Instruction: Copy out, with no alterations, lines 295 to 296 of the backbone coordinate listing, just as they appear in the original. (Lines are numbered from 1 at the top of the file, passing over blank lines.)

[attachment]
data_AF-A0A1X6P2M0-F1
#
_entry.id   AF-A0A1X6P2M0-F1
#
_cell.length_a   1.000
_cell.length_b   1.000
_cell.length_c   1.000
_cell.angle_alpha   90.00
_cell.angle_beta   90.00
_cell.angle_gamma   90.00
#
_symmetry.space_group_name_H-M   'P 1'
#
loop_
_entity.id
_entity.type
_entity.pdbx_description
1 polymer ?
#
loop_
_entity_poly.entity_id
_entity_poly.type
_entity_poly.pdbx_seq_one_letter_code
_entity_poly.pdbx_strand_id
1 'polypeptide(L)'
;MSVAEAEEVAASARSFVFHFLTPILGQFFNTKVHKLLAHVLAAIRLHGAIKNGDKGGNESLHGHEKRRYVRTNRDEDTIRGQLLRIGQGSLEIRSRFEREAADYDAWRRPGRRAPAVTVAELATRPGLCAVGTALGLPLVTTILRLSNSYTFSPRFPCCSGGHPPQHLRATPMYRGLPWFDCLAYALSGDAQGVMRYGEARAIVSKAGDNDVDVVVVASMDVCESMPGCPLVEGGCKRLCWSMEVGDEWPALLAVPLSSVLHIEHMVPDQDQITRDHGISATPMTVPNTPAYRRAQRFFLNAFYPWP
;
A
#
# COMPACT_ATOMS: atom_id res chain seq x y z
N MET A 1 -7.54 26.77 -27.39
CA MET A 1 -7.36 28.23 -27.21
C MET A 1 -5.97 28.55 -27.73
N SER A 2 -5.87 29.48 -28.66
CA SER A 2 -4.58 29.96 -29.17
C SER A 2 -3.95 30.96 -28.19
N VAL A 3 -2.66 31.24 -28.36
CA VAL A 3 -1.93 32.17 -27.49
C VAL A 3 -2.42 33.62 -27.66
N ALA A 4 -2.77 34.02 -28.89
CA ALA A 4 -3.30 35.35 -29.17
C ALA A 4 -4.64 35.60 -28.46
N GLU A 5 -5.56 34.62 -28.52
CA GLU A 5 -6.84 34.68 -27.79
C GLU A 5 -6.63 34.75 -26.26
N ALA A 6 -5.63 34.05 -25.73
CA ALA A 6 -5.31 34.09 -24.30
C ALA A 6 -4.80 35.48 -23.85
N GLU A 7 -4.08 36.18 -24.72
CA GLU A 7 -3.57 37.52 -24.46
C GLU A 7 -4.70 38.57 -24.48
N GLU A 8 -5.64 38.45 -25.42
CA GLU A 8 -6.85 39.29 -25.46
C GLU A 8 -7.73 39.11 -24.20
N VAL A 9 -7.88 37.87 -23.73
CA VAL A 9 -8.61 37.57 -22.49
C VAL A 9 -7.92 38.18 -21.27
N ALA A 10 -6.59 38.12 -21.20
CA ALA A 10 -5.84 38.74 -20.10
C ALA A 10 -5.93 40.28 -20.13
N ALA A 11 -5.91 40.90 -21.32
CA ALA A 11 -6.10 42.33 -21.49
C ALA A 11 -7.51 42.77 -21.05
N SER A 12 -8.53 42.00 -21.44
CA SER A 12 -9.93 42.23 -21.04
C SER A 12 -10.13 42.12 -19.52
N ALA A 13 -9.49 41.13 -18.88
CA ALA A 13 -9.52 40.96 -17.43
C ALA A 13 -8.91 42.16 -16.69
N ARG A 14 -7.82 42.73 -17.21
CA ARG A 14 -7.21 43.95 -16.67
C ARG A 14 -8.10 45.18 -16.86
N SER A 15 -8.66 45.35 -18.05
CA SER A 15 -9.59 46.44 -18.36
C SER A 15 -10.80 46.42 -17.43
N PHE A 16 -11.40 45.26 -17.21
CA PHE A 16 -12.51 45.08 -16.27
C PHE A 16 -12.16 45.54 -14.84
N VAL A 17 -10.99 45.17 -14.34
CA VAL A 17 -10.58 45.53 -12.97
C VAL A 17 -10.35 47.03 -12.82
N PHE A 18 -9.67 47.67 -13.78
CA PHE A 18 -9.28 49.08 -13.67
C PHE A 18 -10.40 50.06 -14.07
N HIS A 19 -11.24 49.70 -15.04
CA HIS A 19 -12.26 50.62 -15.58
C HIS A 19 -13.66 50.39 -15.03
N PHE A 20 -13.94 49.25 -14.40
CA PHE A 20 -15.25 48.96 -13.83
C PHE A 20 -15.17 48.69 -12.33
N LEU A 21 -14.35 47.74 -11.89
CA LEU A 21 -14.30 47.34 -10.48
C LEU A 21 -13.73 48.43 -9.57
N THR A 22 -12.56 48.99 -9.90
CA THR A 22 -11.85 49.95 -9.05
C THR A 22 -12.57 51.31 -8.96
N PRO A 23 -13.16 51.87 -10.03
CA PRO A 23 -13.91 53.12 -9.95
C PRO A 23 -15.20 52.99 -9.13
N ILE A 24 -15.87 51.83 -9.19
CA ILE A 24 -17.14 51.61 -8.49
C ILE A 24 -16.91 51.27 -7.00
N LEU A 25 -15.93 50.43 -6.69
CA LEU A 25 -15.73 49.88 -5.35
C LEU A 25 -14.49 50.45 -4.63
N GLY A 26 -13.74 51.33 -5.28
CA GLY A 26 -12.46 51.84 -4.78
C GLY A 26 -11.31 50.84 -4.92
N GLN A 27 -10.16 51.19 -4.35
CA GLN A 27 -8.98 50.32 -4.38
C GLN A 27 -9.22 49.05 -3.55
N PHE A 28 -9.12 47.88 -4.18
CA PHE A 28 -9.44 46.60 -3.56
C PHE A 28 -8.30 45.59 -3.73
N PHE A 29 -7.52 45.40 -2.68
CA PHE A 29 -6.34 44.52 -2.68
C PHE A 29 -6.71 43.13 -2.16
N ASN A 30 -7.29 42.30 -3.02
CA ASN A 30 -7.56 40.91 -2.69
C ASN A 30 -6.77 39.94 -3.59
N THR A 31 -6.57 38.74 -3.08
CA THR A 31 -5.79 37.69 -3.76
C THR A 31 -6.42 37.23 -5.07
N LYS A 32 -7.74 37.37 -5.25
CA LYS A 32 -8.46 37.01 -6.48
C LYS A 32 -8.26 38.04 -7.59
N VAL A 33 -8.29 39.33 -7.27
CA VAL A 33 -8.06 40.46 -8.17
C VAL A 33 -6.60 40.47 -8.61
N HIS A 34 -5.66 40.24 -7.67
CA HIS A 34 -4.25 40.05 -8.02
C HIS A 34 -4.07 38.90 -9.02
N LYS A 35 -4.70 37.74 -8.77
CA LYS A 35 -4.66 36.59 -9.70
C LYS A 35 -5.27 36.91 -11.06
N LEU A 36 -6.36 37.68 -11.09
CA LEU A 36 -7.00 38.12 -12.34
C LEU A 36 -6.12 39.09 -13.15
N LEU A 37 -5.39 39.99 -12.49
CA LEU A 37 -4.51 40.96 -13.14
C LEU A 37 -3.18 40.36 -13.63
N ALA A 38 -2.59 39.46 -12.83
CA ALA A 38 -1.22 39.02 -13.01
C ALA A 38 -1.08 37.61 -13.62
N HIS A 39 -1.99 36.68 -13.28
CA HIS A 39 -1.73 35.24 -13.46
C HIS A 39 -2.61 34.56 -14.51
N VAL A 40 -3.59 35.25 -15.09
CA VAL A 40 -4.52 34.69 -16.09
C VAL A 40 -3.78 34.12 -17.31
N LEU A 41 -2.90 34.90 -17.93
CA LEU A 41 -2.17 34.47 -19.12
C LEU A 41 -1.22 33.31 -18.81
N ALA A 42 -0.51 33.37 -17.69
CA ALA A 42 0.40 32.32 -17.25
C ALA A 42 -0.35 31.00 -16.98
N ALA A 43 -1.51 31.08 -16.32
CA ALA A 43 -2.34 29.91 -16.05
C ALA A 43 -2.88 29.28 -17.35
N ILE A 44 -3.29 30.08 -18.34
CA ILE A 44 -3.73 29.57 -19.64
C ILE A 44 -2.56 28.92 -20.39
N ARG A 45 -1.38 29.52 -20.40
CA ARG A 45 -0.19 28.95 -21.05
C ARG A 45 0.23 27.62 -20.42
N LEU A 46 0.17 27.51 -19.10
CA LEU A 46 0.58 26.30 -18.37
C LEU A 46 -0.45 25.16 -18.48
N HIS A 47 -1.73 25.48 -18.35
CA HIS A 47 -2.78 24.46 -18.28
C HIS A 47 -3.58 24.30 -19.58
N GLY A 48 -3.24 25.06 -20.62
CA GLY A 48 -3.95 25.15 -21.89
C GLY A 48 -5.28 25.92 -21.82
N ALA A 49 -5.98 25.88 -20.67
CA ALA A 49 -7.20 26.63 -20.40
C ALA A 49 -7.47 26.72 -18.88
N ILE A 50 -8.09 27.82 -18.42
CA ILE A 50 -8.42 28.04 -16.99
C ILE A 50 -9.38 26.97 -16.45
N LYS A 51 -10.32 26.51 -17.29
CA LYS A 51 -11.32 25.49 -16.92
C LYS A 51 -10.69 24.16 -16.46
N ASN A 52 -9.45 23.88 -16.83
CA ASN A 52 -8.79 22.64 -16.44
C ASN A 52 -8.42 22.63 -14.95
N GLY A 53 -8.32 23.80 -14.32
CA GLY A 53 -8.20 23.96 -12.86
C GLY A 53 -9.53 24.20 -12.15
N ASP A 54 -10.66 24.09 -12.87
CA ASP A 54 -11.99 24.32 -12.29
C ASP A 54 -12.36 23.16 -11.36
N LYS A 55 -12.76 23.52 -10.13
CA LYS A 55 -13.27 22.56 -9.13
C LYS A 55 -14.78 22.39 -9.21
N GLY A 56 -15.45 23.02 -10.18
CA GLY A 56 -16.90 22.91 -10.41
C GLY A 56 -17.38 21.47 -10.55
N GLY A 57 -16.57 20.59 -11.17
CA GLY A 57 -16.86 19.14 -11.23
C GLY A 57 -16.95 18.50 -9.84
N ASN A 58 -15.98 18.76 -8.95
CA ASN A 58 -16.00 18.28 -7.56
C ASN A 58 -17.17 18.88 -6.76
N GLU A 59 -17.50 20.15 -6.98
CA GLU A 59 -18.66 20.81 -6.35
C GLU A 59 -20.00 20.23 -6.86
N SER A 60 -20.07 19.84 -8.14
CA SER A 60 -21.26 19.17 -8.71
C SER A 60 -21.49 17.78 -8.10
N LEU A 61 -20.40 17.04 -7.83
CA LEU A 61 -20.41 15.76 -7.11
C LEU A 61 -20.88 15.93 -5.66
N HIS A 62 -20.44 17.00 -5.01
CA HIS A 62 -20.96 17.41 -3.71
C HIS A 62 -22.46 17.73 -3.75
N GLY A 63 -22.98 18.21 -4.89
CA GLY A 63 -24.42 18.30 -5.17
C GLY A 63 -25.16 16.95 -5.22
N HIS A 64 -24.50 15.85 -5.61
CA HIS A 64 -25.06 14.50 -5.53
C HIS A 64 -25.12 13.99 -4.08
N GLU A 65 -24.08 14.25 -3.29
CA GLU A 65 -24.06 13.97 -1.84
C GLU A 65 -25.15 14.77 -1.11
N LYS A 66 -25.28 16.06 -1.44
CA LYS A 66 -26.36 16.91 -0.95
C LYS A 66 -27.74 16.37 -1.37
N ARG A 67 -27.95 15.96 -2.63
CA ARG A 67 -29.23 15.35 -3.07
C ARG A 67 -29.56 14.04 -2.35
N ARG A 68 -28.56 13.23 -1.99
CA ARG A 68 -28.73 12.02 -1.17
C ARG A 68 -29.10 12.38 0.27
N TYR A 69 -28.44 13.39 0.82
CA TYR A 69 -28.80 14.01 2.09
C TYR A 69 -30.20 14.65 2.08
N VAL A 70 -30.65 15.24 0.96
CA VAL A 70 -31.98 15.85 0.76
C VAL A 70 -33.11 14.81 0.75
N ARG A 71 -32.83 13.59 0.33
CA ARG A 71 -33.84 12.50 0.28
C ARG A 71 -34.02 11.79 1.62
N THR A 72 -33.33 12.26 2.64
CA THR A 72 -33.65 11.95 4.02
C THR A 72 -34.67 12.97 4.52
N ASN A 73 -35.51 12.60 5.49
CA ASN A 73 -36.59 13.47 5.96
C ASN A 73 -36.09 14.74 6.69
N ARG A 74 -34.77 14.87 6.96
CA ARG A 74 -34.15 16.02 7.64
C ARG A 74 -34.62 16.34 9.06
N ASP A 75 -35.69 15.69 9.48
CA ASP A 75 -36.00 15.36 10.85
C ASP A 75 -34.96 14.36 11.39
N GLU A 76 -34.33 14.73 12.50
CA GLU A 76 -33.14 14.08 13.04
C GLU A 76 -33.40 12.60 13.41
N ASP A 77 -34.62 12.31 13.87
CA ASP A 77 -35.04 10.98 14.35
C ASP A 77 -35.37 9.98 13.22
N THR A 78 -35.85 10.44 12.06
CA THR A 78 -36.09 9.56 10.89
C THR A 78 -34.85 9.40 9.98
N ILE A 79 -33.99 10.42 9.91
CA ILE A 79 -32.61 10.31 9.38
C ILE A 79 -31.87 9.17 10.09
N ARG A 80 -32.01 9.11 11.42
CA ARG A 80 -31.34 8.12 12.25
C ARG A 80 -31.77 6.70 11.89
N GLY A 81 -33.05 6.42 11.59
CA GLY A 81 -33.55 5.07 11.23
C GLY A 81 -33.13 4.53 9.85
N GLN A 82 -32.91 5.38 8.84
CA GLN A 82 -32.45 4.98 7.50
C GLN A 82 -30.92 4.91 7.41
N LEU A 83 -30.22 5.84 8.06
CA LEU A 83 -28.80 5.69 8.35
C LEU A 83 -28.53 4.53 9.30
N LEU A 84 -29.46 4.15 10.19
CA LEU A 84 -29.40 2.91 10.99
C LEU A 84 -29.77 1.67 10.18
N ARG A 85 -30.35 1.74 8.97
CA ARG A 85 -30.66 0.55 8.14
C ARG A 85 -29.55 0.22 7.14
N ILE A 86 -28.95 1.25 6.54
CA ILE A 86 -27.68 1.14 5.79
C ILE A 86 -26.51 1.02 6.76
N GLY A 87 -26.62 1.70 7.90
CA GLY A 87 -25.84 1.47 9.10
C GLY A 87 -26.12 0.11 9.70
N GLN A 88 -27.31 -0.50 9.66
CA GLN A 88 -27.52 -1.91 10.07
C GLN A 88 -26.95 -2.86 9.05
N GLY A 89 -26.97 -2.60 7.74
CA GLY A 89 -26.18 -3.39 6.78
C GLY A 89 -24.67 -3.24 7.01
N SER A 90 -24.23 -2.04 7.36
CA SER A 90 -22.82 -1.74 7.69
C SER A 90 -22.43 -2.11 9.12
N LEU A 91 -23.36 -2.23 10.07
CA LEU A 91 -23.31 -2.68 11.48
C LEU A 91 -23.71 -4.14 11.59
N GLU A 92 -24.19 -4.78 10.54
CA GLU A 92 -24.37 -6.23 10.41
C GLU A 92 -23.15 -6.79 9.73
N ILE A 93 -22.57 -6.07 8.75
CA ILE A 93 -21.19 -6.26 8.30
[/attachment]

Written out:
N GLY A 89 -26.97 -2.60 7.74
CA GLY A 89 -26.18 -3.39 6.78